County Attorney ISE went to Dearing on 30 March 1914 in the afternoon to continue looking into the murder of Press SEELY. He was convinced the act was self-defense but the SEELY family was insisting on a murder trial. On 31 March 1914 County Attorney ISE made a partial effort to appease the SEELY’s by going ahead and charging PETTY with First Degree Murder for killing Preston SEELY. At that time Willie was out on a small bond according to The Evening Star (Independence, Kansas). Willie was notified that a warrant had been issued for him on the murder charge and it was anticipated he would give himself up. Although Willie had initially been released to his father and gone home to his father’s home, by 31 March 1914 he was living in Wann, Nowata, Oklahoma with his sister, Maude HICKS. The paper reported that County Attorney ISE was “loathe” to start proceedings against Will PETTY as he felt the shooting was self-defense but the SEELY relatives had demanded an investigation and Dearing residents also thought there should at least be an investigation. Public opinion forced ISE to set a preliminary hearing and start proceedings “to clear the air”.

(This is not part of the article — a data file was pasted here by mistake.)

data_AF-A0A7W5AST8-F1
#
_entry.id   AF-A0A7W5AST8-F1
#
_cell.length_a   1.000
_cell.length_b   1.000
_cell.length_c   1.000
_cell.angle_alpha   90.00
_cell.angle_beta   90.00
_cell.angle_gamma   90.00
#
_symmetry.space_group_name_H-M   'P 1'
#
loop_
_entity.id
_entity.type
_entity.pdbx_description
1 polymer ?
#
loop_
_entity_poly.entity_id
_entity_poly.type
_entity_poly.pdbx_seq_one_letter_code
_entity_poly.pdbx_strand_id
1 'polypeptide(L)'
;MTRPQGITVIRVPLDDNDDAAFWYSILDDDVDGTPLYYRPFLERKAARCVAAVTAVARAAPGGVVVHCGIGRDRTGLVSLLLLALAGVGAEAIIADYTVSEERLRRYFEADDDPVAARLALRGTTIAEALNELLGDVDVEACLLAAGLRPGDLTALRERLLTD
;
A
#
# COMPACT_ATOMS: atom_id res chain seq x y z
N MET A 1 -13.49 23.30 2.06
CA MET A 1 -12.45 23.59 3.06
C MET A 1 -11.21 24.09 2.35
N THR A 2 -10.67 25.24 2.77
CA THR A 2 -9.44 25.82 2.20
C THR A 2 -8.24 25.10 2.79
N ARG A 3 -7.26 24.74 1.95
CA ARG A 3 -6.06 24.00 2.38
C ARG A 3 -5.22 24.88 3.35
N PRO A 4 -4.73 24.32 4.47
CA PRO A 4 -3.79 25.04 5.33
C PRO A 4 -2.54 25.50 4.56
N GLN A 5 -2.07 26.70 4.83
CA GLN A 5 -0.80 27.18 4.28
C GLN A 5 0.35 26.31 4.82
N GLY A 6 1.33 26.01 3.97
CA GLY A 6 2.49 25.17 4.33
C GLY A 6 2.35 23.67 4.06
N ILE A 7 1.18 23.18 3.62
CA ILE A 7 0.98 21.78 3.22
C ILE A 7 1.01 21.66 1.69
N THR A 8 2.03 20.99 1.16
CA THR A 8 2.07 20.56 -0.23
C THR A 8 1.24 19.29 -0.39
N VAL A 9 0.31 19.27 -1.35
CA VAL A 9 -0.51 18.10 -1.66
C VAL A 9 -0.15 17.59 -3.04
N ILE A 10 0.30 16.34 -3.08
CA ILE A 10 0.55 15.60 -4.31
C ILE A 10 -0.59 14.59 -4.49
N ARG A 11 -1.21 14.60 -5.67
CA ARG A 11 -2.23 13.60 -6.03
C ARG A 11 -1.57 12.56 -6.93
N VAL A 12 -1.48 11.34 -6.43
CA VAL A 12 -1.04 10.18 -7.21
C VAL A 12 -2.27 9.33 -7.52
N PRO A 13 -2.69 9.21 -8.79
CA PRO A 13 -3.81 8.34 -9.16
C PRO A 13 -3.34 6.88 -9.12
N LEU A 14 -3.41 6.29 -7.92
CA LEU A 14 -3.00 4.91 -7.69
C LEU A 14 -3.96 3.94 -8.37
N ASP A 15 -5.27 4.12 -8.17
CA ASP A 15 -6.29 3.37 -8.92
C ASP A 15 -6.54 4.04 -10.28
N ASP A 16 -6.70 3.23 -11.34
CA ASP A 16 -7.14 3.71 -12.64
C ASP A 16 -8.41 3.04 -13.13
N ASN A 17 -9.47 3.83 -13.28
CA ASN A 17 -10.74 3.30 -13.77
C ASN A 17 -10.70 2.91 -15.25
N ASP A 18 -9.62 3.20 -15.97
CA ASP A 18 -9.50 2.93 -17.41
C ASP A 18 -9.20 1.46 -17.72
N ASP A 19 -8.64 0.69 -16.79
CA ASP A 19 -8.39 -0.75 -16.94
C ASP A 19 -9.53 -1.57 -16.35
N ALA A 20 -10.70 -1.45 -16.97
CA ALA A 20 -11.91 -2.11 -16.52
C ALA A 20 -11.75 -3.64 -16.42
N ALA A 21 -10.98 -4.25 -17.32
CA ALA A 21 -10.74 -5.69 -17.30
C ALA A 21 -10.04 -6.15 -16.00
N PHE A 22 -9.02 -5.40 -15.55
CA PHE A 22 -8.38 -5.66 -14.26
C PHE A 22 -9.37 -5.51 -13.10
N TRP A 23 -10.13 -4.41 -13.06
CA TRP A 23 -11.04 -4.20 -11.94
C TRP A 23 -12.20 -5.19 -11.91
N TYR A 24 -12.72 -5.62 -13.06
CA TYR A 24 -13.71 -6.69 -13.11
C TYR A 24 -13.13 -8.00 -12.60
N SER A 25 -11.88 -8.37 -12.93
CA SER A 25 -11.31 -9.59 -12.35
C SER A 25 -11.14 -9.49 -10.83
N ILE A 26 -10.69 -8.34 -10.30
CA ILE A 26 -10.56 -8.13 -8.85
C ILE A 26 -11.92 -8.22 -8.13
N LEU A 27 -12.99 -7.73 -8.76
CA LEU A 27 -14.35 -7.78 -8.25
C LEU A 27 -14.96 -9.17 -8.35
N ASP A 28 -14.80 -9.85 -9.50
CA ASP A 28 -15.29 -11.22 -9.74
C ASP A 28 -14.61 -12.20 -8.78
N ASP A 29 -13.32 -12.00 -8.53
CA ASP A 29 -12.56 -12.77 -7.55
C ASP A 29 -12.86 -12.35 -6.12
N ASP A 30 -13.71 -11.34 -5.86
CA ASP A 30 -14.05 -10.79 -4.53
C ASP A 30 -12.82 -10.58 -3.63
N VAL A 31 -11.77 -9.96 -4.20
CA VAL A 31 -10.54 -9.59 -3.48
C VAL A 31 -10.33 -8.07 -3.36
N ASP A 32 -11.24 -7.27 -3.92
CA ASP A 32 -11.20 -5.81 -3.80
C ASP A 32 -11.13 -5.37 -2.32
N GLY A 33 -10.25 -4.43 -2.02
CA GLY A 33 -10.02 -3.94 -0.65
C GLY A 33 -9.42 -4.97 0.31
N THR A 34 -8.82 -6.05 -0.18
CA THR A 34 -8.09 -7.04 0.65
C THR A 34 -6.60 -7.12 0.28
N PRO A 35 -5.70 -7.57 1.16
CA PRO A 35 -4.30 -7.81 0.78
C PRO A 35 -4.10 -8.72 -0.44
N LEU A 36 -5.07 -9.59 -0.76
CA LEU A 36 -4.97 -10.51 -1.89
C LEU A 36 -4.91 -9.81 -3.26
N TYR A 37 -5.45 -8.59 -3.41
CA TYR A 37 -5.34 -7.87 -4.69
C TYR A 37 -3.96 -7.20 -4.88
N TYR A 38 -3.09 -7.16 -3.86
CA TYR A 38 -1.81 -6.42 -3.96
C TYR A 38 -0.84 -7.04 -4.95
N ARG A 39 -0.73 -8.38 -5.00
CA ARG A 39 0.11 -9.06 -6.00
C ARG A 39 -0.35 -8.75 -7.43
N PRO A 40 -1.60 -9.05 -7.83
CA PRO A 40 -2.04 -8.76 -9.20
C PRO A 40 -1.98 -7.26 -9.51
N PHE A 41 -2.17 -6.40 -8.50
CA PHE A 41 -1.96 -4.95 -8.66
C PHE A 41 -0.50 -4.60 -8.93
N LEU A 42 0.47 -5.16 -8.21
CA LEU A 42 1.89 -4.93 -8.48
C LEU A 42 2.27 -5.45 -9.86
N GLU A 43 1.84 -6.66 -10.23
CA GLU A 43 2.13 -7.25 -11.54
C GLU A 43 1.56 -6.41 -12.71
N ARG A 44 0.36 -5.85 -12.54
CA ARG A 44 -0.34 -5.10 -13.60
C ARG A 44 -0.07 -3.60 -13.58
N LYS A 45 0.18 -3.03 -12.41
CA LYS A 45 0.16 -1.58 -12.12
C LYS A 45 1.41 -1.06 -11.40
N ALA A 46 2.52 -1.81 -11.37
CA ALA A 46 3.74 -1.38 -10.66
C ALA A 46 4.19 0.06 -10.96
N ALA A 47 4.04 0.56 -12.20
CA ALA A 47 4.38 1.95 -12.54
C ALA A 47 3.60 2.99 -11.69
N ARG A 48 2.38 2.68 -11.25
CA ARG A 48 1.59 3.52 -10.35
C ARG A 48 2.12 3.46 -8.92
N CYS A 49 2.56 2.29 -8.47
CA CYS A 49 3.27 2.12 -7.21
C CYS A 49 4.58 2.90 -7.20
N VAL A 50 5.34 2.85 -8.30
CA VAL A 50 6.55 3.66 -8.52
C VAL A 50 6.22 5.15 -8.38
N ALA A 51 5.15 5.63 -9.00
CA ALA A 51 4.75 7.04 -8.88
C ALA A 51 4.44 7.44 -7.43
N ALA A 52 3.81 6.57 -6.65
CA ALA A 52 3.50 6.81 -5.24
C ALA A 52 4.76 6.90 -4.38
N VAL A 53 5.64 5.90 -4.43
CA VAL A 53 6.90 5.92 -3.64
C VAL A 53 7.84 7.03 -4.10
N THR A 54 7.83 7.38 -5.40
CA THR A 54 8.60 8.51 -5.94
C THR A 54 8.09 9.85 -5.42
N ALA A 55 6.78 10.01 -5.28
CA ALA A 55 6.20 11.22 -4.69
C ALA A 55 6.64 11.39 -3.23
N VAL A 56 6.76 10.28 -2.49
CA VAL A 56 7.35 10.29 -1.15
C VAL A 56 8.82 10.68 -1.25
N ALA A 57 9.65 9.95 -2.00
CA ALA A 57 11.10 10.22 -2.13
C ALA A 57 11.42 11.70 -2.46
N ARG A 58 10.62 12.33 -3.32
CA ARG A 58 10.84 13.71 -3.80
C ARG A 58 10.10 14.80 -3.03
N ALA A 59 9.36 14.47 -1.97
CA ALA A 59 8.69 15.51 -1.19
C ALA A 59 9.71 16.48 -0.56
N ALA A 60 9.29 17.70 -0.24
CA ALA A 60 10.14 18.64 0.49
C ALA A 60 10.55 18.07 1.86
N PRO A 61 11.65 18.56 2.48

On 15 April 1914 Willie had a preliminary hearing at Dearing on the murder charge. County Attorney ISE and his stenographer Bessie KENIADY traveled to Dearing for the preliminary hearing. The newspaper on that date stated that “up until now” the murder “looked like self-defense” but that Preston SEELY’s family was “not satisfied” with that view of it and “demanded action against William PETTY”. The paper also stated that the Prosecutor thought a preliminary hearing, “where the matter could be gone over thoroughly would be the best solution”. Deputy County Attorney Joe HOLDREN assisted with the prosecution while Charles BUCHER of Coffeyville and Tom WAGSTAFF of Independence appeared on behalf of William PETTY. (If you’re interested, you can read a nice bio of Tom WAGSTAFF here:. Another artifact is a letter Tom wrote to then-Governor Henry J. ALLEN which you can read at Kansas Memory, if you want.)